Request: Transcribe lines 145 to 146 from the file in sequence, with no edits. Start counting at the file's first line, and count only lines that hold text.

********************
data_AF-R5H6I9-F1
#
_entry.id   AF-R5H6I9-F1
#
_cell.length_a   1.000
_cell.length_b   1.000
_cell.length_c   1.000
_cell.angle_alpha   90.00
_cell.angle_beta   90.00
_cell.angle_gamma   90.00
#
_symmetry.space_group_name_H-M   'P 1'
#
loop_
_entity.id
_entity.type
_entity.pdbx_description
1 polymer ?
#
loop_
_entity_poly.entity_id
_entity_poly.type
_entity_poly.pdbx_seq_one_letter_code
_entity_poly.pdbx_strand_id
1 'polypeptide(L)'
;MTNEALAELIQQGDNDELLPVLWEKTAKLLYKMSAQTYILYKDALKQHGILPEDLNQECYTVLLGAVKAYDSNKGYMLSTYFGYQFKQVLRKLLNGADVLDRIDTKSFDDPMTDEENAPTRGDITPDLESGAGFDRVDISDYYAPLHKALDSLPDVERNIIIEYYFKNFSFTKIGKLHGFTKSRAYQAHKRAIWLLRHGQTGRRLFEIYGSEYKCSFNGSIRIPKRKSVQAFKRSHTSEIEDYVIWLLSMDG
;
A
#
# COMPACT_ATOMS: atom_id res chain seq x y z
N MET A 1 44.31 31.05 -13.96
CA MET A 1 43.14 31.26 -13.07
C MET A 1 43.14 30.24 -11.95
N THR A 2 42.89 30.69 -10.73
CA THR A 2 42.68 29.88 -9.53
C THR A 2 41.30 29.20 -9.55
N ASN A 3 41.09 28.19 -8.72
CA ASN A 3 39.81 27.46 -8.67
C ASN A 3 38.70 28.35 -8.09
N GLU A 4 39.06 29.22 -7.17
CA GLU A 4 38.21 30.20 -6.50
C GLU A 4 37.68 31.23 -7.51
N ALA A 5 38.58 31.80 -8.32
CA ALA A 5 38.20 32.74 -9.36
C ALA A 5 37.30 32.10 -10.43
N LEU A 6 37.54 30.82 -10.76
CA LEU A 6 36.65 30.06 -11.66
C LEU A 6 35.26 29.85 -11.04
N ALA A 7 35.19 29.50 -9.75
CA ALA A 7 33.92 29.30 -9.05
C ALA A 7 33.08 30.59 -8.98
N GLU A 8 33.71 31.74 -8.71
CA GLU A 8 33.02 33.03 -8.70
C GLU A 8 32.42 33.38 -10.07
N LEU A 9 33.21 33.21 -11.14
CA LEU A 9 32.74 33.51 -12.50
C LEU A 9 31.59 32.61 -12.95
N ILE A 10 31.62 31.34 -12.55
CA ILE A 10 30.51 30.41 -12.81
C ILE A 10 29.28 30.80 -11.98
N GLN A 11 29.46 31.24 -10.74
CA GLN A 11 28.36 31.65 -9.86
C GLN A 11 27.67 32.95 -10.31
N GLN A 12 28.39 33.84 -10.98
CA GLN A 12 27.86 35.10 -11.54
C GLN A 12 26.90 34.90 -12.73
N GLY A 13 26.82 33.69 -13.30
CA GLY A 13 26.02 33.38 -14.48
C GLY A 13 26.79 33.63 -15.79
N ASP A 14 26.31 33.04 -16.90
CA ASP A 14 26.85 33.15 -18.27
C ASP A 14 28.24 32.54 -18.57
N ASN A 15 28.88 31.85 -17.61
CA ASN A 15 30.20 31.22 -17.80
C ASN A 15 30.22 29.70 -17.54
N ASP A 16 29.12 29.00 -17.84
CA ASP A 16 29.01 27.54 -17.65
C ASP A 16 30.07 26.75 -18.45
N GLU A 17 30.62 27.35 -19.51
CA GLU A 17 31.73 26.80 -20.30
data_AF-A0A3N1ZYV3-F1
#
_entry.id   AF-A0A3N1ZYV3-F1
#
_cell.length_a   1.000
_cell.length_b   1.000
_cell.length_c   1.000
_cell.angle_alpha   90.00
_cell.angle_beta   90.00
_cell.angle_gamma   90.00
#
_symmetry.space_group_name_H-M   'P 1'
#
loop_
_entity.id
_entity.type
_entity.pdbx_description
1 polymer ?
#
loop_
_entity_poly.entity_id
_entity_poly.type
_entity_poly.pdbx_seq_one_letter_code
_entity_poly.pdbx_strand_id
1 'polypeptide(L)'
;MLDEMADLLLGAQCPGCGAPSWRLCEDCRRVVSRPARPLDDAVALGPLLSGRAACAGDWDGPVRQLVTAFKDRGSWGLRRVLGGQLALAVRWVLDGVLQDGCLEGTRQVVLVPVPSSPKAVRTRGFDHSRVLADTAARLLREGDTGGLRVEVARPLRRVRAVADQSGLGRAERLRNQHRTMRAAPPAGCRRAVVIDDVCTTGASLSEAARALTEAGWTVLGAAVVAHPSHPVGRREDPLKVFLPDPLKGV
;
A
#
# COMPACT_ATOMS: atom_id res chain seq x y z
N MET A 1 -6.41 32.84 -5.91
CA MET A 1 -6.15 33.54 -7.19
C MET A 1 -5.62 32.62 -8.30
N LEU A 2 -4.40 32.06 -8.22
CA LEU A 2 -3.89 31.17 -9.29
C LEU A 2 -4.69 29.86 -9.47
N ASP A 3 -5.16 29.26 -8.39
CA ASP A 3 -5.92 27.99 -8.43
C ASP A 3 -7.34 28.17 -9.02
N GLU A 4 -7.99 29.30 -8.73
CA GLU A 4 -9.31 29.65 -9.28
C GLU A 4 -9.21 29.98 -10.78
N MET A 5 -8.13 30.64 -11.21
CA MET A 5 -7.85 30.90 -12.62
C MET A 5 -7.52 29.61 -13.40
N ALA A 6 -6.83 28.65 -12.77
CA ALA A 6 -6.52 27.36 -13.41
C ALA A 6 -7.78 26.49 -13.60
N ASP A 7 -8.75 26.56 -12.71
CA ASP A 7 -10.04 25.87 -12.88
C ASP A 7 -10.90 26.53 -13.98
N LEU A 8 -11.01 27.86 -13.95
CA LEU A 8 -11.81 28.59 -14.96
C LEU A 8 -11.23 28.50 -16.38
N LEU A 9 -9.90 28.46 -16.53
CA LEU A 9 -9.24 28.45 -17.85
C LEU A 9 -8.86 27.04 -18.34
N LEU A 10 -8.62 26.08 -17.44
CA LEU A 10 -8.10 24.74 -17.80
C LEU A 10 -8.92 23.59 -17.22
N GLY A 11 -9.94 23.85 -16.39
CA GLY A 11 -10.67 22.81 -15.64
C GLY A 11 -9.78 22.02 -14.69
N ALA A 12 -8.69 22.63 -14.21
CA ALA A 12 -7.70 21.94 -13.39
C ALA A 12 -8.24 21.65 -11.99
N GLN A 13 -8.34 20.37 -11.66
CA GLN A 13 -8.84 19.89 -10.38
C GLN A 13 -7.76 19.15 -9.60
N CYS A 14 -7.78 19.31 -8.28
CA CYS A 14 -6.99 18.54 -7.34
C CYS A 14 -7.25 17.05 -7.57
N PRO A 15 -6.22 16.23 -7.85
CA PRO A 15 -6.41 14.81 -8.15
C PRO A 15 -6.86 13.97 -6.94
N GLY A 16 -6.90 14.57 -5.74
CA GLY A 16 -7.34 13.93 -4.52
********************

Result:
CA ALA A 12 -7.70 21.94 -13.39
C ALA A 12 -8.24 21.65 -11.99